We see this particular mark of Jesus, the mark of self-denial, evident in Paul as with great pathos he says that what came upon him daily was his deep concern for the churches. All the things that he continually suffered seemed to have paled in comparison to his concern for the people of God and the brethren. When was the last time you heard self-denial Christianity preached in a modern day church?
There are four other marks of Jesus that Paul bore in his body that we as children of God and followers of Christ must bear in our bodies as well.
Hebrews 7:26, “For such a High Priest was fitting for us, who is holy, harmless, undefiled, separate from sinners, and has become higher than the heavens.”
Within this one verse, we see the four marks of Christ our High Priest. Our duty is to bear these marks ourselves, our duty is to be holy, to be harmless, to be undefiled, and to be separate from sinners.
Seeing the life and writings of Paul some might think him to be super human, a man who ascended beyond the abilities of all others, but the simple truth is that Paul was a man, a mere mortal just as any of us, yet he was able to carry these marks of the Lord Jesus in His body.
We are all marked! Every man and woman walking this earth bears a mark in their body that reveals their character and nature. We are either bear in our bodies the marks of the Lord Jesus, or the marks of this world.
Before Cain went out from the presence of the Lord, God marked him, toward his shame rather than toward his honor. The marks we carry in our body, testify of who we serve.
Romans 6:16, “Do you not know that to whom you present yourselves slaves to obey, you are that one’s slaves whom you obey, whether of sin to death, or of obedience to righteousness?”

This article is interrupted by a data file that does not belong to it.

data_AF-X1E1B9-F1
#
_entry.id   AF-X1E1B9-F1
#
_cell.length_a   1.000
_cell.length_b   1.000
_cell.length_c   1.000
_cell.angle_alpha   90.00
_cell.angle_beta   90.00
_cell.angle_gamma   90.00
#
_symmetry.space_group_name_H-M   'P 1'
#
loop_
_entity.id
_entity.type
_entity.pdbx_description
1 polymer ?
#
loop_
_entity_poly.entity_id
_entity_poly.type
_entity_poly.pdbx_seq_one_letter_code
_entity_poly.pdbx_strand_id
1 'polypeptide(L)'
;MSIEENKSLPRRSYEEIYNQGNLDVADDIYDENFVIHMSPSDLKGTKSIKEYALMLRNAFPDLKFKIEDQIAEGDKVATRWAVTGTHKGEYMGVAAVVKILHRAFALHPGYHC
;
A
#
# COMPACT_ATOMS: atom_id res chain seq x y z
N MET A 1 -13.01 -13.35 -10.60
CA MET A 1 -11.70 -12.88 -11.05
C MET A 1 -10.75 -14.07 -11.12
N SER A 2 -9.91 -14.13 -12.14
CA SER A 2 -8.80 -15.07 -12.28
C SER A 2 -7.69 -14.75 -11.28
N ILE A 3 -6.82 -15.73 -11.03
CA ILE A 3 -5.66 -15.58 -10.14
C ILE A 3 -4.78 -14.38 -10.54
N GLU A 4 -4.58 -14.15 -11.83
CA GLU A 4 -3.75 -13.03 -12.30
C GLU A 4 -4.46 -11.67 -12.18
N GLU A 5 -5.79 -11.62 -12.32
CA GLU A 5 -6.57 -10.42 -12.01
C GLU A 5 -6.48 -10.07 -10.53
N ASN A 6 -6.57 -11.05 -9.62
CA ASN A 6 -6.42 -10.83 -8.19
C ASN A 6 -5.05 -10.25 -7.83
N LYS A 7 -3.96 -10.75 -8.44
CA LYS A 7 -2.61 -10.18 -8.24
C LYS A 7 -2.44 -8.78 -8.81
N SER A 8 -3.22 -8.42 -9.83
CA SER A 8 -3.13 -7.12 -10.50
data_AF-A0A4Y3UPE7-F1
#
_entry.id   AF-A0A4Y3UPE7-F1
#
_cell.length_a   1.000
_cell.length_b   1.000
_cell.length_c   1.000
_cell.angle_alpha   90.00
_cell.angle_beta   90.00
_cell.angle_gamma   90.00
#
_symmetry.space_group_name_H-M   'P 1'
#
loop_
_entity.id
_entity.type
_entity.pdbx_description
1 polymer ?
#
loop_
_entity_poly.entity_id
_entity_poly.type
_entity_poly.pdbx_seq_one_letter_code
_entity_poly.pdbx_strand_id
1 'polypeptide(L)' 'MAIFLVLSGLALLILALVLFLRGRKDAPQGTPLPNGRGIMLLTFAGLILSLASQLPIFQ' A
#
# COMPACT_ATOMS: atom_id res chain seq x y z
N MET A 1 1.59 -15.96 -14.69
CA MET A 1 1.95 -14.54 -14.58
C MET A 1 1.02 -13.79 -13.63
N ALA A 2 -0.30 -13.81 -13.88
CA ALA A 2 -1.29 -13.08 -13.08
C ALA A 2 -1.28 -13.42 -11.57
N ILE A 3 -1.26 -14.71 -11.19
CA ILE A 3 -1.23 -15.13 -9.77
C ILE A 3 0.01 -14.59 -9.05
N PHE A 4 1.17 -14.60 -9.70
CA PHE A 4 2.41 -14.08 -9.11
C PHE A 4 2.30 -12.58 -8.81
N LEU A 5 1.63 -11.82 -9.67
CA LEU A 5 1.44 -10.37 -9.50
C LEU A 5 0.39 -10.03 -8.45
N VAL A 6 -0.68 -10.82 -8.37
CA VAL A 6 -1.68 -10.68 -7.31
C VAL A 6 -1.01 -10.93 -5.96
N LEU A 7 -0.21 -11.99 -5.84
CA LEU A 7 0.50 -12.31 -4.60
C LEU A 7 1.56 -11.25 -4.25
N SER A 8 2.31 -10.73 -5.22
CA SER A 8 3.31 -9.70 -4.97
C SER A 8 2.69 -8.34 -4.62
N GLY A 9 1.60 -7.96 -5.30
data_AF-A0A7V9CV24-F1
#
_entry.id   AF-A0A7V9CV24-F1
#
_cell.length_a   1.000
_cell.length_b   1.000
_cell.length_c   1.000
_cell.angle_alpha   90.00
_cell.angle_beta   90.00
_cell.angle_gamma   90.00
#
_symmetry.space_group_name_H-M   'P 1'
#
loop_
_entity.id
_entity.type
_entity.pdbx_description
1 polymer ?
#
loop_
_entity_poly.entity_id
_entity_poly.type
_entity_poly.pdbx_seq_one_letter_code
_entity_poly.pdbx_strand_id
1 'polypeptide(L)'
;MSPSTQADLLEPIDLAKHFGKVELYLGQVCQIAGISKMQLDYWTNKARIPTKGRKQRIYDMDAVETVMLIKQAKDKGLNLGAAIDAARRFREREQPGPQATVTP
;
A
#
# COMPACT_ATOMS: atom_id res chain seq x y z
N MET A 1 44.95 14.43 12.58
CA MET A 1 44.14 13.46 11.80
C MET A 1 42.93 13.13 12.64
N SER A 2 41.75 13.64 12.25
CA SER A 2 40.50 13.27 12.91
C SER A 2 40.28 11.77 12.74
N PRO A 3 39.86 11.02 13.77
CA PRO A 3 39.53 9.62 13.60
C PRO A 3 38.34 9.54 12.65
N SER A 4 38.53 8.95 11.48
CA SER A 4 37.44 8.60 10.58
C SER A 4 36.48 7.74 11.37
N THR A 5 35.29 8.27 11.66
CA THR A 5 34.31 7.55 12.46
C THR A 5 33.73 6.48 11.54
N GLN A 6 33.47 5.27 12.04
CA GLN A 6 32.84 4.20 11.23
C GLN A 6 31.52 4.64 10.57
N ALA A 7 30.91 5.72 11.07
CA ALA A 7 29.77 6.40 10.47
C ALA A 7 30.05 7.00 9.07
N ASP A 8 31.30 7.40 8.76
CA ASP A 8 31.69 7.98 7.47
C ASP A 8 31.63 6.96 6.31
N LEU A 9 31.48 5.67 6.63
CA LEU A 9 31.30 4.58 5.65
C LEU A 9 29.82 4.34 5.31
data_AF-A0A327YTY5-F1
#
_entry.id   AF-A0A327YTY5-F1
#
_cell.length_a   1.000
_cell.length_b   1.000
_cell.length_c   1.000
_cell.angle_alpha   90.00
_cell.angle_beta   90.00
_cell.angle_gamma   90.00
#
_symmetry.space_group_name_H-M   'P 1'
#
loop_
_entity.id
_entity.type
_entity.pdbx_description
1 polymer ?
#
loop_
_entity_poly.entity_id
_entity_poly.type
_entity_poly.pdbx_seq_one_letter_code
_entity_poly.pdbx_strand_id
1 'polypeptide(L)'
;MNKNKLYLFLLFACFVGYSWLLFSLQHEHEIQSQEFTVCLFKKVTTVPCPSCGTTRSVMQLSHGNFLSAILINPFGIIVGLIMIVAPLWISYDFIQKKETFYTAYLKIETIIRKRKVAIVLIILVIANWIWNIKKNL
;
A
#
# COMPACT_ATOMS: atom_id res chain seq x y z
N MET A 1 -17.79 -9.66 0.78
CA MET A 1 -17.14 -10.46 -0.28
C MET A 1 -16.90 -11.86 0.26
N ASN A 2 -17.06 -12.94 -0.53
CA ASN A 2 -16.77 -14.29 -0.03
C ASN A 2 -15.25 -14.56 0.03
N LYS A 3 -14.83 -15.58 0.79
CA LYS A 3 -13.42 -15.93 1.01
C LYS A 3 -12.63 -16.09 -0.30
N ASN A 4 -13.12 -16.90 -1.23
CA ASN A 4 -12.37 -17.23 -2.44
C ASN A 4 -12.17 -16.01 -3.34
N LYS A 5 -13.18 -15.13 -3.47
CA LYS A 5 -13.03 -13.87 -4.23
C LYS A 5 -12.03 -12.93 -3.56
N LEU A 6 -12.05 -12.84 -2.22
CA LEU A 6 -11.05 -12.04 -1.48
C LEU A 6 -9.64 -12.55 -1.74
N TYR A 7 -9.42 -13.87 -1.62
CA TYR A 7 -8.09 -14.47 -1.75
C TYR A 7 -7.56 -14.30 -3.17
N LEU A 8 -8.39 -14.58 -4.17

We are either marked of sin to death, or of obedience to righteousness, but make no mistake; we all bear marks in our bodies.
If we bear the marks of Christ, we will reign with Him in glory. If we bear the marks of sin, we will be cast out from before the sight of God. Realizing this, the following are crucial questions:
Which marks do you bear in your body? Is self denial evident in your life and character? Is holiness present in your nature? Are you harmless in your conduct? Is the disdain for sin and the desire to be undefiled and separate from sinners an ever present reality in your life?
These are questions only you can answer, and I pray you do so honestly and sincerely before an omniscient God. He knows the marks we bear in our bodies, He knows our walk, He knows our thoughts, and He knows our intentions.
We live in an age where it is popular to project an image, to make others think we are something more, or something greater than what we know ourselves to be. I pray we denounce such practices, I pray the pharisaical spirit that is sweeping through the churches would not get a foothold in our lives. If you can’t be yourself among the brethren, then maybe something has to change. If you have to project an image, whether piety, righteousness, servitude, outward devotion, the performing of a certain ceremony, or a myriad of other things that elevate us in the eyes of our brothers and sisters, and perform them for that purpose, then maybe it’s time to search our hearts and repent.
God knows us to the inner depths of our being, and the marks we bear in our bodies cannot be hid from his eyes. May we be found bearing the marks of the Lord Jesus.

With love in Christ,

Michael Boldea Jr.

1 comment:

Anonymous said...

Self denial is hard to do because myself keeps getting in the way. I find when I have goals or "dreams" of doing things or being a certain way that it doesn't include others. Of course then others needs are met and then I look back to see that I didn't do or become what I had hoped. This use to make me depress and feel like a failure. Then I realized it how I look at it that makes the difference. Love is not in just the giving but in the heart after it is given. To have no regrets or resentment or even pride in the giving. Now to live it is hard so I guess that is grace.